Lee este artículo en español con un click en este enlace,
I’ll never forget my son’s 1st day of school. That was 7 years ago the same day he turned 3 years old. Letting my child stay at school the day we should be celebrating his 3rd anniversary was not an easy task for me to process. He was a tiny little boy. He didn’t know how to chew properly yet, he wasn’t potty trained and his vocabulary had only one word: Mama.
I couldn’t imagine him climbing into a school bus and heading up to school by himself. I couldn’t picture him far from me, far from his “mama” for a whole day, when actually, it was me who didn’t have a clue as to what to do without him.
If you are the parent of a child with special needs who’s close to his 3 years old of age, you’re probably in the process of transition from the early intervention federal agency to the school system. The paradoxical part of this experience is that when some parents of typical kids are dreaming for their brood to start school soon, many of us (parents of kids with special needs) have a really hard time to letting them go so early.
Based on my experience these are 6 common fears parents of children with special needs may face when it’s time to start school and some tips on how to face these issues to ease the transition and foster more success for both parent and child.
- Fear #1: Language and Communication. Most kids with special needs who start school at the age of 3 are not fully verbal yet. Many of them will never be. The most important thing to do, if this is the case of your child, is to bring the necessary tools to make communication easier between him and the teacher. Your child’s teacher should be a trained professional, ready to start his individualized education plan, but providing her with information about signs he may use or pictures that will facilitate his way of communicating, is always a great idea. Language and speech therapies should be included as services under your child Individualized Plan of Education, known as IEP. All these services will be previously discussed in the IEP meeting.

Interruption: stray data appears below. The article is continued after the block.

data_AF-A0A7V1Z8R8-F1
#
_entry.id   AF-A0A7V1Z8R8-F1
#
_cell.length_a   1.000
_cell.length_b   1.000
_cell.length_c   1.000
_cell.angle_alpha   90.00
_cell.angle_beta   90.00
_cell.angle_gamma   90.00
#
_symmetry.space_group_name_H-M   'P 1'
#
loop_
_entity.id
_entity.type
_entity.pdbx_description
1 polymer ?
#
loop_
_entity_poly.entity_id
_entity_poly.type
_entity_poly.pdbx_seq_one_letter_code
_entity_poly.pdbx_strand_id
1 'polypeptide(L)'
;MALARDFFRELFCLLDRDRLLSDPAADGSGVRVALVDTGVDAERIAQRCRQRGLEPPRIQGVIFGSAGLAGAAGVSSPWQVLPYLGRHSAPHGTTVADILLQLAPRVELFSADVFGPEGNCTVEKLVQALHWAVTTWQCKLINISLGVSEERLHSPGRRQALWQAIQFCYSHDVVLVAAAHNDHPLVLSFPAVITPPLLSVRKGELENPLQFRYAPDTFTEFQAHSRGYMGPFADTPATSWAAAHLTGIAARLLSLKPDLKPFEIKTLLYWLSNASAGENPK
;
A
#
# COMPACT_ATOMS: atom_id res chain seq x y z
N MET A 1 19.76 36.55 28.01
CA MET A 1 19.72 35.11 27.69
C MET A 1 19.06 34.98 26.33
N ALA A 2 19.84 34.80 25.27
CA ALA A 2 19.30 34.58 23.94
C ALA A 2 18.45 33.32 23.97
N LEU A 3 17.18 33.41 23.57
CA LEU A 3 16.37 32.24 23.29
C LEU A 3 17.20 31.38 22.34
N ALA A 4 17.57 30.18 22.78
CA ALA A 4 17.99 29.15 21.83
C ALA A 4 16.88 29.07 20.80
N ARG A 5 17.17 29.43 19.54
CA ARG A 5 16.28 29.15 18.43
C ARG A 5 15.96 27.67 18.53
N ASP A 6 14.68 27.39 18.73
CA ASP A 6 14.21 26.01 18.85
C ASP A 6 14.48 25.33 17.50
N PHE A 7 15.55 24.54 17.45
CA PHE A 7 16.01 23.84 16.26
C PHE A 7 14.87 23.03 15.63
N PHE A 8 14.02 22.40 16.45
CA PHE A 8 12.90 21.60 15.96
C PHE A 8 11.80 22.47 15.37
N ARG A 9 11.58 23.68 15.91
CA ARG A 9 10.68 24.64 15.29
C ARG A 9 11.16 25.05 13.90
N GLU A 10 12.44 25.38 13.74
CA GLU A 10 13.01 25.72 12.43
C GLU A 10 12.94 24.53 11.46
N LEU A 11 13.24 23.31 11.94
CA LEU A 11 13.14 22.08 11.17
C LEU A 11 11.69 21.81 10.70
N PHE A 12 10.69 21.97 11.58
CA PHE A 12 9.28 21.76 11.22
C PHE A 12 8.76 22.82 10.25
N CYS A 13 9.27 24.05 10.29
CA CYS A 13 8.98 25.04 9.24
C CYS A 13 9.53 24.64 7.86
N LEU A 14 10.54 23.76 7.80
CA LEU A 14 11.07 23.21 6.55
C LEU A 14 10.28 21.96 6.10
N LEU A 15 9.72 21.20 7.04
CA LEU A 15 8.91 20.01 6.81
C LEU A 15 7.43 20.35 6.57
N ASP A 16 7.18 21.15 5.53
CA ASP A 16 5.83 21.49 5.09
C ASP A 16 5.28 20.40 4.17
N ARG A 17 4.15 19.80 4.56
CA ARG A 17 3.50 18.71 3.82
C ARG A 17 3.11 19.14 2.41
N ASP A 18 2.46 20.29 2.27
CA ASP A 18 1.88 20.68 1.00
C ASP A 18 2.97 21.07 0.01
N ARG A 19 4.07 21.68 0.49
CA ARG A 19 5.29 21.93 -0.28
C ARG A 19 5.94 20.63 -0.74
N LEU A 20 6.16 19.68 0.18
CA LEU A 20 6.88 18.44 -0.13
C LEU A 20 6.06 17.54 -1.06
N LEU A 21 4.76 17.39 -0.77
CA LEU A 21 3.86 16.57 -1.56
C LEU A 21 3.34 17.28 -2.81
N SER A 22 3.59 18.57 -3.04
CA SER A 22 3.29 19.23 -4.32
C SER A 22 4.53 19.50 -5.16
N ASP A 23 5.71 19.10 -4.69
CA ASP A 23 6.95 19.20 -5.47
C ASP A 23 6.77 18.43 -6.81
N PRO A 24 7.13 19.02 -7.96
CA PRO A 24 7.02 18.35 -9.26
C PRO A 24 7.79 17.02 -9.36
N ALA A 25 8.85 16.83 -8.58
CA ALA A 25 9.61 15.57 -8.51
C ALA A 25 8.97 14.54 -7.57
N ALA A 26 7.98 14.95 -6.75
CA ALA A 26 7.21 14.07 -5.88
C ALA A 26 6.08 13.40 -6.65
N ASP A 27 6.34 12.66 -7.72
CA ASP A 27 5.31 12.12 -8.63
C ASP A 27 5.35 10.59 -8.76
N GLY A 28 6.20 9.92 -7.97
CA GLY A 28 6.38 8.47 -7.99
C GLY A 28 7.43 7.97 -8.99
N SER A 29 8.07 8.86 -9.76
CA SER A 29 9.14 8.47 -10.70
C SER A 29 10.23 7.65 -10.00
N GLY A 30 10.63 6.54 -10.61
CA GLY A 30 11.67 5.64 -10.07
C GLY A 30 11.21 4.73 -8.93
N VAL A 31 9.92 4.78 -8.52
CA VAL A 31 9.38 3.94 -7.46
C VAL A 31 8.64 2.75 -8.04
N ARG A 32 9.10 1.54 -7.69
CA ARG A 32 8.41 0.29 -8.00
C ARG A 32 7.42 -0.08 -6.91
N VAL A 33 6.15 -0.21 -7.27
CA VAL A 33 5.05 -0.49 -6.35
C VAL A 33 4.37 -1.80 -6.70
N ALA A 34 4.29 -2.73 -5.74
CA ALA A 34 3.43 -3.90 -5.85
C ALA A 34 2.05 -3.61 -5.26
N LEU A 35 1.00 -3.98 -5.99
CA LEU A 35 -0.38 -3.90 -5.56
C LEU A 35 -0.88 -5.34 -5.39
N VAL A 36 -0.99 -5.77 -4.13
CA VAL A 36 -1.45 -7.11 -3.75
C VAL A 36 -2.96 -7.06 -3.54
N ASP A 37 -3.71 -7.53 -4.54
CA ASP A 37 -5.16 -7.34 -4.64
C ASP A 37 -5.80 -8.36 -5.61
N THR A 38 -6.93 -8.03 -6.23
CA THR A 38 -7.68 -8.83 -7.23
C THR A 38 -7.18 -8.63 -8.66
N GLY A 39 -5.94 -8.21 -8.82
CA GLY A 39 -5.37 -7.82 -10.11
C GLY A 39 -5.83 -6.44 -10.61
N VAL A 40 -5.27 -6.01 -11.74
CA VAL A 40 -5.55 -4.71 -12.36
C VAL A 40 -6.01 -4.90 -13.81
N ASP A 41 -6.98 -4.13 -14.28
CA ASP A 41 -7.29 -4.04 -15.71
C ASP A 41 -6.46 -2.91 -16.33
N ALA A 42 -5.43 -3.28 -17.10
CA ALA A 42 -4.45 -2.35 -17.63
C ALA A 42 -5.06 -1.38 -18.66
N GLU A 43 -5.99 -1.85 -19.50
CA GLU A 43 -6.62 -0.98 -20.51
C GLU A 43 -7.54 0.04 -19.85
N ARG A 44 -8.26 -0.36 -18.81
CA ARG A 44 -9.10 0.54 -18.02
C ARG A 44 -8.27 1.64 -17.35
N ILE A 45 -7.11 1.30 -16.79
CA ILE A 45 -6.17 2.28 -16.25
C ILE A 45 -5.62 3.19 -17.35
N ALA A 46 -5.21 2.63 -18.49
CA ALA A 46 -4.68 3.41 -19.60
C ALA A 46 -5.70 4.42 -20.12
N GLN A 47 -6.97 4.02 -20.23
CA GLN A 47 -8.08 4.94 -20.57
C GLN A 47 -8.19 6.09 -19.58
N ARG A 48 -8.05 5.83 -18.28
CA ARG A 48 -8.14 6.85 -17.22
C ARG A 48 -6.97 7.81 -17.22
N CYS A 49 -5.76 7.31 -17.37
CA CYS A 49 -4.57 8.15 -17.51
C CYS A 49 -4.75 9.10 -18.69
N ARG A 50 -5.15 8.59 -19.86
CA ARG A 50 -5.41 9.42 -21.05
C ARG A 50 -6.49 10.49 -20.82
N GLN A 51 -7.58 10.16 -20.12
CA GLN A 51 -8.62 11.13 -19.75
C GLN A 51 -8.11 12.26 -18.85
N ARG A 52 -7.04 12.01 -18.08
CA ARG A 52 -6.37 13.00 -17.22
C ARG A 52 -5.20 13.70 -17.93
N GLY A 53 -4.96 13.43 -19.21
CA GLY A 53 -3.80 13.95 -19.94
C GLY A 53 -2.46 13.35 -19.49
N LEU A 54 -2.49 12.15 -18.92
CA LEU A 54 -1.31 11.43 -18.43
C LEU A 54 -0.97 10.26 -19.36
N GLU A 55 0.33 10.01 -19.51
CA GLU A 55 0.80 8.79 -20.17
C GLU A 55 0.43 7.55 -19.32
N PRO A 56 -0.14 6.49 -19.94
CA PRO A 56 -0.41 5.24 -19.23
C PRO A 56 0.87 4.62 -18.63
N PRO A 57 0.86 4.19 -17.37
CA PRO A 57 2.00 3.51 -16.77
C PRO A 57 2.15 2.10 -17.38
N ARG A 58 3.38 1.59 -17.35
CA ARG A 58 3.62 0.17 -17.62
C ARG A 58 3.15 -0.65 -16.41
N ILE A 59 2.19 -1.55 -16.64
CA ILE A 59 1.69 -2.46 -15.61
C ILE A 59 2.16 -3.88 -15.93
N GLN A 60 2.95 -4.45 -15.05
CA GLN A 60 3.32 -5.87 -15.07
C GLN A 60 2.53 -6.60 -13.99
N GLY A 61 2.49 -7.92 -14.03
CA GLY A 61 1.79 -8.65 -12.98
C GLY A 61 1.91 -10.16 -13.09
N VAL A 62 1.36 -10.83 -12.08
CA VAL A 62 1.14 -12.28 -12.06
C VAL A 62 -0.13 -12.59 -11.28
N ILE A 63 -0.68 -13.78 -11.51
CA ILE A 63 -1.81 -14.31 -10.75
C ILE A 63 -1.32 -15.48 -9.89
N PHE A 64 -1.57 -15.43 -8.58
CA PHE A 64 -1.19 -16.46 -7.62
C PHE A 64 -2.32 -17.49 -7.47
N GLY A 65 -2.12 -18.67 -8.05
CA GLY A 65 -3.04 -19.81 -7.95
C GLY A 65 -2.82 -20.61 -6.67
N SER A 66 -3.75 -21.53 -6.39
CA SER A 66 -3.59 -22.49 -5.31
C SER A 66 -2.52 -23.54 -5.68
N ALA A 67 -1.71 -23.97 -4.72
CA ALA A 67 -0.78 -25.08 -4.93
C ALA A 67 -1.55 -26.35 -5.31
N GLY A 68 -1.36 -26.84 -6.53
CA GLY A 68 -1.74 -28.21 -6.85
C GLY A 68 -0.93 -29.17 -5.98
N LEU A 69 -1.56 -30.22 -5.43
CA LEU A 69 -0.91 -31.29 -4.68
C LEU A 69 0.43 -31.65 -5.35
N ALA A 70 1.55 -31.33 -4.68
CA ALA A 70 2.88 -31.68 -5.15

- Fear #2: Behavior! Many times, we (parents) feel irreplaceable and like nobody else can understand or take care of our kids. If you know how to help your child to control the fear or anxiety affecting her behavior, talk with the teacher about it. Together you may find a positive way to make him feel secure and understand this new environment. Your child doesn’t need to face all those challenges alone just because you are not with him or her. Instead, they need to learn to trust others in order to grow and gain independence.
- Fear#3: Potty training. Special education classroom have these concerns covered and the potty training can be included as well as a part of your child’s Individualized Education Plan (IEP). It’s expected that your child may need extra help and these needs will be addressed in order to help your child succeed in close collaboration between home and school.
- Fear#4: Bullying or Abuse at School. This is a very delicate and understandable concern. We don’t want our kids to be bullied or abused, and many times we feel helpless at the time of letting them go to school knowing that they can’t communicate about the things they like or may dislike while they’re there. Pictures are very useful to address this issue. Talk to the teacher about your concerns. Request a written calendar of activities so you know what he’s supposed to be doing each day, and how to ask him simple questions about his day that he may respond to with a simple yes or no. For example, did you eat pizza today? Was it good? Pay special attention to his behavior and, if it comes up, never force your child to attend school without understanding why he doesn’t want to go.
- Fear#5: School bus. Special education school buses are an adapted service for kids with disabilities. Your child will be seated in a car seat, booster or using a seat belt, depending on his weight, height, and special needs. The special education school bus is also supposed to give your child extra time if he encounters challenges when climbing up and into the bus.
- Fear#6: Medical Needs, Medications and more. That can also be addressed between you, the teacher, and the school nurse. If you still feel insecure, ask the nurse to mark a calendar to confirm your child received his dose of medication every day. That’s a good visual reminder for her, and a good way for you to feel relieved of yet another stress.
Above all, talk to your child’s teacher, create a positive relationship with her and request her most convenient times to call to e-mail to check-in on your child. Perhaps express interest in pursuing different opportunities to volunteer and become an active and involved parent. These strategies will help you and your child be more successful in school and alleviate those common fears we parents of kids with special needs seem to face when they start school.